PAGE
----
WAYNDOTTE, July 14, 1864
(Via Fort Leavenworth.)
A combined force of cavalry belonging to Departments of the Missouri and Kansas, under Colonel Ford, marched from Weston yesterday and made a gallant dash on rebel camp in Camden, Platte County, completely routing and scattering rebels. Our loss, 1 killed and 1 wounded; rebel loss, 15 killed. Ten kegs of powder, many guns, accouterments and equipment captured by our troops.
S. R. CURTIS,
FORT LEAVENWORTH, July 14, 1864-8 p.m.
Colonel Ford reports from Platte City all quiet, and that Lieutenant Parsons has just returned, having followed the rebels ten miles east of Camden Point, whence they scattered in small squads, going south. Colonel Ford moves in the morning toward Liberty and Sibley, and suggests that General Brown, and Major Suess, who have been telegraphed, guard the crossing of the Missouri above Sibley. Your dispatch just received.
C. S. CHARLOT,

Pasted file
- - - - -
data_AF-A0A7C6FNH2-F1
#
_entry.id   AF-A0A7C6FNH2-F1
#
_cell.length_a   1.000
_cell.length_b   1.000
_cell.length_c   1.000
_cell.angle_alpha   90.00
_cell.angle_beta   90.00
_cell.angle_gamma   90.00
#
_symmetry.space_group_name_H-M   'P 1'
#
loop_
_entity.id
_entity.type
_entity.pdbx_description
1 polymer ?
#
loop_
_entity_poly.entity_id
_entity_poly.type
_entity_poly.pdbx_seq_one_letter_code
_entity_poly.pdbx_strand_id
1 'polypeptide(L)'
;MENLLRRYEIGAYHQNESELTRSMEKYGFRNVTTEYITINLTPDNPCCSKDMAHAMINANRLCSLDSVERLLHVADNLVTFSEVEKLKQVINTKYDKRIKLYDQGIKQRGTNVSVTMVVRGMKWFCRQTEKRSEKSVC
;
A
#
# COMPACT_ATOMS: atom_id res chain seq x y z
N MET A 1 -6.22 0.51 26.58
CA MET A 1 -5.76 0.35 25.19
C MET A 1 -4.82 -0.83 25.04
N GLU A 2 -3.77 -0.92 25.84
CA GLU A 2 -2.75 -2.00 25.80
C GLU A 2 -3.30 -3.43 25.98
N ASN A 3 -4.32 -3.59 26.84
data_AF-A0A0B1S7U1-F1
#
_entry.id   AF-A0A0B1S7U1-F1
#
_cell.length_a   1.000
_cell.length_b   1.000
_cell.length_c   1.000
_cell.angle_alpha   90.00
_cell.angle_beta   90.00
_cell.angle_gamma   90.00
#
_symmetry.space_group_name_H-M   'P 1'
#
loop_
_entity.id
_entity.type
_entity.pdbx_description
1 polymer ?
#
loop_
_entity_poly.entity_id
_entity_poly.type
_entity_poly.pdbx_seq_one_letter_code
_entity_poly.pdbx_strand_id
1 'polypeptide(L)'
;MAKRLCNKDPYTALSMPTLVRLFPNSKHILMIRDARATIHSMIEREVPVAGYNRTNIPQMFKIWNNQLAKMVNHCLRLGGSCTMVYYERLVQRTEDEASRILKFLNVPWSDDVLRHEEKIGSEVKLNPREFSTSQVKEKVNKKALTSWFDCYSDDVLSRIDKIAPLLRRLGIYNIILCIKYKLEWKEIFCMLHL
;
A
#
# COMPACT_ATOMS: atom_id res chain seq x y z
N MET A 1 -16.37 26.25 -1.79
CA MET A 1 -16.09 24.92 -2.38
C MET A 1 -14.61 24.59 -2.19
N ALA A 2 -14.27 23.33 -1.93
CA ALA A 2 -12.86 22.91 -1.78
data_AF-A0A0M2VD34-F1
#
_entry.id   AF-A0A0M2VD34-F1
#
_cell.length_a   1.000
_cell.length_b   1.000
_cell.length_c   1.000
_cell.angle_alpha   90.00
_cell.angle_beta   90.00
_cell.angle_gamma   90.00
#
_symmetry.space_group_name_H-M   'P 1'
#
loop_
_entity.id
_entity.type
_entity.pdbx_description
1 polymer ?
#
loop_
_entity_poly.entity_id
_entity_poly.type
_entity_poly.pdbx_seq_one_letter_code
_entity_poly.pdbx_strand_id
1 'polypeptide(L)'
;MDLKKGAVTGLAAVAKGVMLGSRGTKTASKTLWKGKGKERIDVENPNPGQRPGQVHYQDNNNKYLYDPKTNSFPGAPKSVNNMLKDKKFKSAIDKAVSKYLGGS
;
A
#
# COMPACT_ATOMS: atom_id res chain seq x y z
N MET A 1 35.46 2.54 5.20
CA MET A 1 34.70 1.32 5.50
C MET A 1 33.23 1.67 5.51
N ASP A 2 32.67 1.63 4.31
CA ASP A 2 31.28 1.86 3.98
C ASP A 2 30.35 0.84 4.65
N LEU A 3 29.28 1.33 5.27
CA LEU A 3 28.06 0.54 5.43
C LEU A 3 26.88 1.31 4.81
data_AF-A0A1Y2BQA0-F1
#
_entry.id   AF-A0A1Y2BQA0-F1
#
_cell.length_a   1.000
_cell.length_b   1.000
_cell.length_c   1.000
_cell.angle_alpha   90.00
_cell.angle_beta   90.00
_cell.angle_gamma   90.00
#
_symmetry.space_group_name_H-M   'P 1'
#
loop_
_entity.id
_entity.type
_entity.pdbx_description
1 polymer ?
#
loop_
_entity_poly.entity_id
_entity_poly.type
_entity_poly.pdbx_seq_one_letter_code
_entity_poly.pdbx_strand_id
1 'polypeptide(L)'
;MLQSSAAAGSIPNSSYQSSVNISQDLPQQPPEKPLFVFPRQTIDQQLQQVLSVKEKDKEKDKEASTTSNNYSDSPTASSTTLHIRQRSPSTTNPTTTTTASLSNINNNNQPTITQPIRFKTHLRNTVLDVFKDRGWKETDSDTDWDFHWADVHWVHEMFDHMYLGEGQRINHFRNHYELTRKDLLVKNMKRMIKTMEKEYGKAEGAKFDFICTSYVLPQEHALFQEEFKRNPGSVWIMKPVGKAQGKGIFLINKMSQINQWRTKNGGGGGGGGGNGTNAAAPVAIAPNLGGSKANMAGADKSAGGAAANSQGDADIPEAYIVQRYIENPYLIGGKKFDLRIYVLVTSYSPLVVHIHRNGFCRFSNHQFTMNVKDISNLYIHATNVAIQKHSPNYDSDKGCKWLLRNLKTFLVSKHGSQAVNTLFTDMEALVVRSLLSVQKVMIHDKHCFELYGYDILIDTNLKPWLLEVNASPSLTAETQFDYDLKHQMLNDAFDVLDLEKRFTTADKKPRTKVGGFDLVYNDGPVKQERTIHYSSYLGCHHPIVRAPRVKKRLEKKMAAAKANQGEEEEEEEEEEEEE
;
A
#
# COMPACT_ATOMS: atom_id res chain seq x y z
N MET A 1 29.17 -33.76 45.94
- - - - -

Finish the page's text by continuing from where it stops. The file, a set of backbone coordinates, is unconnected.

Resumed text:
HEADQUARTERS DISTRICT OF SOUTH KANSAS,
Paola, Kans., July 14, 1864.
Major C. S. CHARLOT,
Asst. Adjt. General, Dept. of Kansas, Fort Leavenworth, Kans.:
MAJOR: An item in the Conservative of the 10th instant, referring to the capture and release of two persons left by the steamer Charter Oak, somewhere in Missouri, might lead to the erroneous impression that I have been absent from my command. I have the honor to report for the information of the major-general commanding the department that the article so far as it relates to myself is altogether erroneous. I have not been out of my district since I took command.
Very respectfully, your obedient servant,
THO. J. McKEAN,
Brigadier-General, U. S. Volunteers, Commanding.
WESTON, MO., July 14, 1864.
Colonel J. W. GOODWIN:
Heard artillery practice this morning in the direction of New Market. Also have a report of small-arms being heard this morning near Bee Creek. Hell is to pay among the bushwhackers, saw a number of lights, as of burning buildings, last night; also smoke this morning.
Yours, in great haste,
Major 138th Illinois, Commanding.